Those economic forces, combined with existing socioeconomic issues that make it harder for people with low incomes to eat healthy food or live in safe, green places to walk, bike and exercise, "served as sort of a 'perfect storm' that can give rise to more ill health and death in this group," Sanchez-Vaznaugh said.
COVID-19 directly affected some pregnant women, who were among those at higher risk for becoming severely ill. Hispanic people also had a higher risk of being exposed to the virus, which Khan said "was largely due to employment concerns without the privilege to work remotely at home during the time period when there were not vaccines."
As the health system was thrown into chaos in 2020, people with already limited access to health care would have suffered most, she said.
During the first year of the pandemic, many pregnant women avoided clinics, said Dr. Patrick Ramsey, a professor and chief of the division of maternal-fetal medicine at the Long School of Medicine at the University of Texas Health Science Center at San Antonio. And conditions such as preeclampsia need continuous medical monitoring.
"If you have visits that are spaced out, or you don't go into clinics to have the appropriate assessments done, that disease can become worse than it would have been if you'd come in on a regular basis," said Ramsey, who is also chief medical officer for the Texas Collaborative for Healthy Mothers and Babies.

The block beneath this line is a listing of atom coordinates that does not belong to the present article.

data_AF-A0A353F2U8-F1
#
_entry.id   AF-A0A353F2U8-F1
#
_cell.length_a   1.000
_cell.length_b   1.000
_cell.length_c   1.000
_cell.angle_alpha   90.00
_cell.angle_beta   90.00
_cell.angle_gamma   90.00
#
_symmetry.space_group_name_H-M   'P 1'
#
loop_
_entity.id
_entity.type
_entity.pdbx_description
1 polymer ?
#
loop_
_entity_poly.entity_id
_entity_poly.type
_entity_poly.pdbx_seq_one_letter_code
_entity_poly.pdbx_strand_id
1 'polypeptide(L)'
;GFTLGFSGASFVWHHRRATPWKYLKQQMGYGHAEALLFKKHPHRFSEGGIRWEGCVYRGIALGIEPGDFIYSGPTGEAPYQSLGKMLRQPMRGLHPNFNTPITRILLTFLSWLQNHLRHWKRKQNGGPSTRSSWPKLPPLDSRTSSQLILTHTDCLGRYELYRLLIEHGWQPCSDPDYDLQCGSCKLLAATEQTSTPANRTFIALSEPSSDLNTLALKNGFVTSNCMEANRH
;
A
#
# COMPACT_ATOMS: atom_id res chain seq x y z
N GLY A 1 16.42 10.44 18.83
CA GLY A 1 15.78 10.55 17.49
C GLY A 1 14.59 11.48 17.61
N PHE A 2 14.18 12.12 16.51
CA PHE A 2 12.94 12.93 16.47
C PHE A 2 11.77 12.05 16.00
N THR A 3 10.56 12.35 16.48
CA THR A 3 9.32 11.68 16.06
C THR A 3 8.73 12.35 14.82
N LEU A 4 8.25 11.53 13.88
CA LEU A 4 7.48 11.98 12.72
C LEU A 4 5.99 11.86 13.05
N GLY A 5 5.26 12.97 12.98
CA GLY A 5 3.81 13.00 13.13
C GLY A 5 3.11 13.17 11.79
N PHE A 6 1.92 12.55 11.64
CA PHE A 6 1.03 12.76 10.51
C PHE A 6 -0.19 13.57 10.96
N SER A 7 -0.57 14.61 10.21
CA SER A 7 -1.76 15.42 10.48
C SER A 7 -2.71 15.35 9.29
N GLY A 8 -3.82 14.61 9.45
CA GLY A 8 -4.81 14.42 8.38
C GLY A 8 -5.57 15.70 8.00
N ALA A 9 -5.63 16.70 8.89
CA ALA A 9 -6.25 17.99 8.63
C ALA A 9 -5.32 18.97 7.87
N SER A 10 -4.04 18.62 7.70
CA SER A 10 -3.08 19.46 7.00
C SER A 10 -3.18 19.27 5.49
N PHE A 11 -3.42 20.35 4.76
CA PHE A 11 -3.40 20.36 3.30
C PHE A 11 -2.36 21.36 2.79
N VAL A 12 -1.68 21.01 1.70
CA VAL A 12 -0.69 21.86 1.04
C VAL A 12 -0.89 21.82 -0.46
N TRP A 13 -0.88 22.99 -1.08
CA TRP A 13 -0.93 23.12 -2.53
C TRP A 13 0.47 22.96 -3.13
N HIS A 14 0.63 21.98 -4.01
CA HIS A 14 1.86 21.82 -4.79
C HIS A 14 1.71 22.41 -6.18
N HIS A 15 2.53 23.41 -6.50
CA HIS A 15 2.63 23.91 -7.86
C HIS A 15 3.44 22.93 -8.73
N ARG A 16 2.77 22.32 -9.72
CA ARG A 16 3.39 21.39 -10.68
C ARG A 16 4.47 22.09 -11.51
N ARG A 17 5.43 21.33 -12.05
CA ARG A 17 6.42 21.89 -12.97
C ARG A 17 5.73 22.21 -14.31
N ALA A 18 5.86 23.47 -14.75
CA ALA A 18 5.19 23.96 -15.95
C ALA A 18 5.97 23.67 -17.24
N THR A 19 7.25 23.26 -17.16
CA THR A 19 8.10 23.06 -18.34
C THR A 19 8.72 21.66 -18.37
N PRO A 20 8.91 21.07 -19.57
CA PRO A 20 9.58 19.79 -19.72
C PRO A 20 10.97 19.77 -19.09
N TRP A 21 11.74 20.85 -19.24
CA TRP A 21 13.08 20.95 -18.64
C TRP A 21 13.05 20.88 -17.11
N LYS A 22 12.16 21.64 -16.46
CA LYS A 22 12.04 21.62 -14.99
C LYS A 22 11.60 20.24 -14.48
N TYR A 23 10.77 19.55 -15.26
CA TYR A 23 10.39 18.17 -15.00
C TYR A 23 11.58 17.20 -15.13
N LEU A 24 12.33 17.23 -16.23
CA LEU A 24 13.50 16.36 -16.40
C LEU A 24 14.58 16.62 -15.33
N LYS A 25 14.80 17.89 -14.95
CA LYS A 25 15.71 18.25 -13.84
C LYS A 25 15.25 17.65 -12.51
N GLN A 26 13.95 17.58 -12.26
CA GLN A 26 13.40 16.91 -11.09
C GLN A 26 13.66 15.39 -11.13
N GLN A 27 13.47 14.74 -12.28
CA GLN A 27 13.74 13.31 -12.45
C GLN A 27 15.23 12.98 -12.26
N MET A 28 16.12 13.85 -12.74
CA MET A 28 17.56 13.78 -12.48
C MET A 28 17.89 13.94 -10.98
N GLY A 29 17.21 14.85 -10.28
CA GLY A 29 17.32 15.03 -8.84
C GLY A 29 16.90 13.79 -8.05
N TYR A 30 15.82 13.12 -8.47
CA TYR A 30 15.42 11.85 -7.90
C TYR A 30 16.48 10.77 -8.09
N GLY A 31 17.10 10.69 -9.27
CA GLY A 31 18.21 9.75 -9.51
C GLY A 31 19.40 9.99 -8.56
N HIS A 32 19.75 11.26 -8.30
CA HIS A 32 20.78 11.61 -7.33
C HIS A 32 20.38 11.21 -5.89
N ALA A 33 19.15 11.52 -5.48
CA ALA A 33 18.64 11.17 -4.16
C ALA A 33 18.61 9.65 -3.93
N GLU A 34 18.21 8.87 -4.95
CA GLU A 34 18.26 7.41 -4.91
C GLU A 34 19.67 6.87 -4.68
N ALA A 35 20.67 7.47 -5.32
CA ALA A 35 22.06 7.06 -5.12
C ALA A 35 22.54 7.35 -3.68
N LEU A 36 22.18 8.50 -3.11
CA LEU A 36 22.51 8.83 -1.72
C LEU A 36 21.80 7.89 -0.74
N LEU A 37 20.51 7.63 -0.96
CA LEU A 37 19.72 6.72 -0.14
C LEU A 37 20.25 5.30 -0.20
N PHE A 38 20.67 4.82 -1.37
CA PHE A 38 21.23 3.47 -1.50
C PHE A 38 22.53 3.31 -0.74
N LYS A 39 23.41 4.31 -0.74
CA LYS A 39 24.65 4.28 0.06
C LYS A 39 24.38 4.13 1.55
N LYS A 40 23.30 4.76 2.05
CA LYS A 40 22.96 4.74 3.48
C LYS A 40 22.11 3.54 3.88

Ramsey, whose city is nearly two-thirds Hispanic, said language barriers, misinformation and medical mistrust can prevent Hispanic people from getting crucial information.
To address the problem, Khan and Ramsey both emphasized the need for better care not just to protect the health of pregnant women, but to protect them before they are pregnant.
To make that happen, barriers to regular prenatal visits have to go. "Maybe that's financial barriers that need to be removed," Ramsey said. "Maybe that's the language barriers. Maybe that's bias within the health care system."
Khan said that also applies to Black women, who have the highest maternal mortality rate in the United States.
She emphasized the idea of a "zero trimester," or optimizing a woman's health before she is pregnant. "One of the most critical periods where intervention is needed and can have the greatest impact is pre-pregnancy, but is often limited due to fragmented health insurance or limited health care access," Khan said.
Part of that is ensuring access to contraception to prevent unintended pregnancies, the experts said.
Khan said women also need to "know their numbers" on critical heart health measures such as blood pressure, total cholesterol, blood sugar and body mass index. "Often, young people feel like they are invincible and don't think of pregnancy as being a time when something life-threatening can occur," she said.
But, Khan said, being aware of both the risks and the ability to limit them "can go a long way" toward helping a pregnant woman protect her health.
American Heart Association News covers heart and brain health. Not all views expressed in this story reflect the official position of the American Heart Association. Copyright is owned or held by the American Heart Association, Inc., and all rights are reserved. If you have questions or comments about this story, please email email@example.com.
By Michael Merschel, American Heart Association News